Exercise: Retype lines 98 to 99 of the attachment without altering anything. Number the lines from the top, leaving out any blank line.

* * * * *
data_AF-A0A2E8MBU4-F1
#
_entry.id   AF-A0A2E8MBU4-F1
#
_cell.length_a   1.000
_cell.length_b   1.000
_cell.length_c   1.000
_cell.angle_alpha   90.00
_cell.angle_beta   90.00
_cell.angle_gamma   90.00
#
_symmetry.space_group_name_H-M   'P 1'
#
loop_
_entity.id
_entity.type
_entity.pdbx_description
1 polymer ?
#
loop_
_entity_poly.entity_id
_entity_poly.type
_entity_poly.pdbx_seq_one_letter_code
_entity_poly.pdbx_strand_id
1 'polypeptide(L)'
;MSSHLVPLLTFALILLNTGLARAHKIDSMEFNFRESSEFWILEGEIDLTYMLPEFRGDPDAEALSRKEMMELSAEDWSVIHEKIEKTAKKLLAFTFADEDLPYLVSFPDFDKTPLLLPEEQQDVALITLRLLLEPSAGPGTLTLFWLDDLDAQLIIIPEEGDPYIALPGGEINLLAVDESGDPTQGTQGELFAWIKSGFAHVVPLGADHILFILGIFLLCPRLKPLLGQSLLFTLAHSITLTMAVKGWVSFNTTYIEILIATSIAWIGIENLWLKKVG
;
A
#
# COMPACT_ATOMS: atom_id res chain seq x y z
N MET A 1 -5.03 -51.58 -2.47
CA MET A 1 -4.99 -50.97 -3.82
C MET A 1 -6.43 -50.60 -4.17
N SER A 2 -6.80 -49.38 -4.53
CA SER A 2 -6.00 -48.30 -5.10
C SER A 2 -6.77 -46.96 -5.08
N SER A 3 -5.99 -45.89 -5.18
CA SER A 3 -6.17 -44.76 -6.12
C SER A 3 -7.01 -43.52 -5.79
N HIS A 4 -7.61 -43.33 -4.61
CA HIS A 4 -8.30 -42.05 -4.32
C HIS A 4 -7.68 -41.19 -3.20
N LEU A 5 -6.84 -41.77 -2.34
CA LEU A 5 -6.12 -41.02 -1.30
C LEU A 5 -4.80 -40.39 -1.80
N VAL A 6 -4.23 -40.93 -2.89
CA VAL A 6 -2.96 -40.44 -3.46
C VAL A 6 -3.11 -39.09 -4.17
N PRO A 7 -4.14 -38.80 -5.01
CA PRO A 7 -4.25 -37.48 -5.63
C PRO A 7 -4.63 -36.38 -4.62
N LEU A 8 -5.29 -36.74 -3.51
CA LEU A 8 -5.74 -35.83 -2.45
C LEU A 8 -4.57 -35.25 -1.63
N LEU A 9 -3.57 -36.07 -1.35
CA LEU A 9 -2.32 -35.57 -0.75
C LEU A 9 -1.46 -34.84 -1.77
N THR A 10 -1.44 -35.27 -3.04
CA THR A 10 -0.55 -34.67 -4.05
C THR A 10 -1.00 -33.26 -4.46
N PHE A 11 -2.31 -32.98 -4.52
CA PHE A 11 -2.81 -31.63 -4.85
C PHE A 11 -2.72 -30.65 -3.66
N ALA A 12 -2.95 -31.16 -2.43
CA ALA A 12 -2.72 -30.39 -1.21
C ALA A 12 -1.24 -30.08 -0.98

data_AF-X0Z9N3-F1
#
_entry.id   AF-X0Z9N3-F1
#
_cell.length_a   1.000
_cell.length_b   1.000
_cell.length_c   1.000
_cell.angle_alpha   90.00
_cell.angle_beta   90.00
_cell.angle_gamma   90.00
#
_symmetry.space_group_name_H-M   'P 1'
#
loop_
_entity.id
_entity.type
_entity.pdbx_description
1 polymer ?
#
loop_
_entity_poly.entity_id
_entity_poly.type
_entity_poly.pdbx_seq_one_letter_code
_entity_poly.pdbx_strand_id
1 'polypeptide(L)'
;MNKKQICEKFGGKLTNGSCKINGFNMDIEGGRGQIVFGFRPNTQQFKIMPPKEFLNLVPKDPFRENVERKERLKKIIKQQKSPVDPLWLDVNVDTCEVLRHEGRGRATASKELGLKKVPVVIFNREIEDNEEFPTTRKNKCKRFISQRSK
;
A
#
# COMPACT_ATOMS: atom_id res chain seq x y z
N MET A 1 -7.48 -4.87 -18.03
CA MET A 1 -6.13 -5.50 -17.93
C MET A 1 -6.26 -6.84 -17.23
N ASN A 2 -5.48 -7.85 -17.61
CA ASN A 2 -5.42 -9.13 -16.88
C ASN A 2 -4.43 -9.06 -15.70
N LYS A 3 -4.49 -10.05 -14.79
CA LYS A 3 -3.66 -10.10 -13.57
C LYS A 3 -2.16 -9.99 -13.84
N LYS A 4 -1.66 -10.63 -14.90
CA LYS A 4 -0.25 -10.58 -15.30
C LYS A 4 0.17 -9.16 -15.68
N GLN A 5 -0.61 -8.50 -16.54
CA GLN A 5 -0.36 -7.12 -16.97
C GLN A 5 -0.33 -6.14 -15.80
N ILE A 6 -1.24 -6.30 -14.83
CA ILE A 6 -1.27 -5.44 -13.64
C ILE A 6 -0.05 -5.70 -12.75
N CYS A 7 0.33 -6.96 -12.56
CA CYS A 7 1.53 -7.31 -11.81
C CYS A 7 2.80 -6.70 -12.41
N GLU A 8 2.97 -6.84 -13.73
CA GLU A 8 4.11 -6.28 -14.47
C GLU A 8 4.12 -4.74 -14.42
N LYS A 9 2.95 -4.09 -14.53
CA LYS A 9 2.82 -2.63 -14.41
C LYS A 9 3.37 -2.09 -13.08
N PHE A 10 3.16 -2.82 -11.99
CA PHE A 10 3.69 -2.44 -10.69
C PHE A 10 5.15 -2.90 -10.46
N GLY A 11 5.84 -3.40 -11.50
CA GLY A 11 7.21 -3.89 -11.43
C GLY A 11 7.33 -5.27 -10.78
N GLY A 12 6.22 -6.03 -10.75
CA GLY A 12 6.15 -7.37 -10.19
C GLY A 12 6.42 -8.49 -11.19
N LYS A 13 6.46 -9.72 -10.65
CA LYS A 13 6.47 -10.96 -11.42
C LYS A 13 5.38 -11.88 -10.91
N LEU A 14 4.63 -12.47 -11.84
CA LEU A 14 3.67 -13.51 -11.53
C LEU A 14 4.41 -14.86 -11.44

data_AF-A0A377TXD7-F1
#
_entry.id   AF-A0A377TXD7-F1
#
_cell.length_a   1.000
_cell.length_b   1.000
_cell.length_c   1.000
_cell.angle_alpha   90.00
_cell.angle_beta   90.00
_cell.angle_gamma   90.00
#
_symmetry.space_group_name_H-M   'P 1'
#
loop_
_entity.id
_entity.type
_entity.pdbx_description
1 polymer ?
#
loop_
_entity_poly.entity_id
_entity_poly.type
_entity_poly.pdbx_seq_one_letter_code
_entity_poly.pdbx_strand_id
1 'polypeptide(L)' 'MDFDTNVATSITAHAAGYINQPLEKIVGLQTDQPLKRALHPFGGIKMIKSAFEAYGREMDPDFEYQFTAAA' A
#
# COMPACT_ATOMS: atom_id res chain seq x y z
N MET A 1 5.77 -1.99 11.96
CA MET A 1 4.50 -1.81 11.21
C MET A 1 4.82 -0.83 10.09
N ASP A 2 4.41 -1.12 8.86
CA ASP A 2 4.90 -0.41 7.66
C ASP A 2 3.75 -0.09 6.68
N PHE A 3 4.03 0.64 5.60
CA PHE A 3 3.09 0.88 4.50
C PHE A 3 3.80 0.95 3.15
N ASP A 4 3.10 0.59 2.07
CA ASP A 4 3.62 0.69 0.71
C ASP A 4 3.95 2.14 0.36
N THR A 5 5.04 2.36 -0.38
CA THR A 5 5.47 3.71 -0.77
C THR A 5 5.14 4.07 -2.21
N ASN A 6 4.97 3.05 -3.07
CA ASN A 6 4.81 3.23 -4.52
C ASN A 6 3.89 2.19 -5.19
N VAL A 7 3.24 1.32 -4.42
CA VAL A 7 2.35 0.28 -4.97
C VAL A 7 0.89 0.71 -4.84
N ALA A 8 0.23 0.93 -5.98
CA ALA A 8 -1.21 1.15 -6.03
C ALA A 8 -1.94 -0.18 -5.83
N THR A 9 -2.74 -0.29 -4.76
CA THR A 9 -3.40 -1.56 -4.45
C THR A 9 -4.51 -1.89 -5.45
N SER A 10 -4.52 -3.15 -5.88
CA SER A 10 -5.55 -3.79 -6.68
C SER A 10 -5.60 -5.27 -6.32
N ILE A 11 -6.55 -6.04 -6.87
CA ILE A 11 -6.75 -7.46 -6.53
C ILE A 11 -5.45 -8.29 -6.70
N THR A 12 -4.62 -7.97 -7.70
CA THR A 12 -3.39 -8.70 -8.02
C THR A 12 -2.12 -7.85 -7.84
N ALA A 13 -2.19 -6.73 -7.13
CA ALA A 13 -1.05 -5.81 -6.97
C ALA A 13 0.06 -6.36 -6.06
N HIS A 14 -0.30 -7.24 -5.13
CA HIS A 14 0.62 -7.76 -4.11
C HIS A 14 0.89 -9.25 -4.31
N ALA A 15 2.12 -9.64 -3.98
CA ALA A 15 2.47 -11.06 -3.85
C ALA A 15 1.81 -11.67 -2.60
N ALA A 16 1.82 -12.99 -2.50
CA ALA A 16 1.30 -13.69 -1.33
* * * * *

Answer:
CA MET A 1 -6.13 -5.50 -17.93
C MET A 1 -6.26 -6.84 -17.23